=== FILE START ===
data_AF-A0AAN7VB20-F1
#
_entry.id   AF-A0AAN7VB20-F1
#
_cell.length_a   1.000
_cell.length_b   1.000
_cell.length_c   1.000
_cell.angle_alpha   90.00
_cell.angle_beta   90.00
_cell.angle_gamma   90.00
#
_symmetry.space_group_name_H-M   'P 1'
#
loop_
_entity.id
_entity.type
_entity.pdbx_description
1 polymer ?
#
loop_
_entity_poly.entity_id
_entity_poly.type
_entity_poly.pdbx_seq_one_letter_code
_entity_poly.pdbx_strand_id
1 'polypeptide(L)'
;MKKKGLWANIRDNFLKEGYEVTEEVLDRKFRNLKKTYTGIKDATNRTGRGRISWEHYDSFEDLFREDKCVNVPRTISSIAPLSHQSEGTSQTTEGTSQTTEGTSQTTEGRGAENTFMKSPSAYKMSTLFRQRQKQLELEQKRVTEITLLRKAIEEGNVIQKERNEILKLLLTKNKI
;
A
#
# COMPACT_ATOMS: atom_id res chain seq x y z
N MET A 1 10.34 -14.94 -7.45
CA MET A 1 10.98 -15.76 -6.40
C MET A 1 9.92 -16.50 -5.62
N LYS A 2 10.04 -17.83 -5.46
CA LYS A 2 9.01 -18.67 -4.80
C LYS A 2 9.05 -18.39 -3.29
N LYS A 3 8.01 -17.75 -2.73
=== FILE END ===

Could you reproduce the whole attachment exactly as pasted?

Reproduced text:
data_AF-A0AAN7VB20-F1
#
_entry.id   AF-A0AAN7VB20-F1
#
_cell.length_a   1.000
_cell.length_b   1.000
_cell.length_c   1.000
_cell.angle_alpha   90.00
_cell.angle_beta   90.00
_cell.angle_gamma   90.00
#
_symmetry.space_group_name_H-M   'P 1'
#
loop_
_entity.id
_entity.type
_entity.pdbx_description
1 polymer ?
#
loop_
_entity_poly.entity_id
_entity_poly.type
_entity_poly.pdbx_seq_one_letter_code
_entity_poly.pdbx_strand_id
1 'polypeptide(L)'
;MKKKGLWANIRDNFLKEGYEVTEEVLDRKFRNLKKTYTGIKDATNRTGRGRISWEHYDSFEDLFREDKCVNVPRTISSIAPLSHQSEGTSQTTEGTSQTTEGTSQTTEGRGAENTFMKSPSAYKMSTLFRQRQKQLELEQKRVTEITLLRKAIEEGNVIQKERNEILKLLLTKNKI
;
A
#
# COMPACT_ATOMS: atom_id res chain seq x y z
N MET A 1 10.34 -14.94 -7.45
CA MET A 1 10.98 -15.76 -6.40
C MET A 1 9.92 -16.50 -5.62
N LYS A 2 10.04 -17.83 -5.46
CA LYS A 2 9.01 -18.67 -4.80
C LYS A 2 9.05 -18.39 -3.29
N LYS A 3 8.01 -17.75 -2.73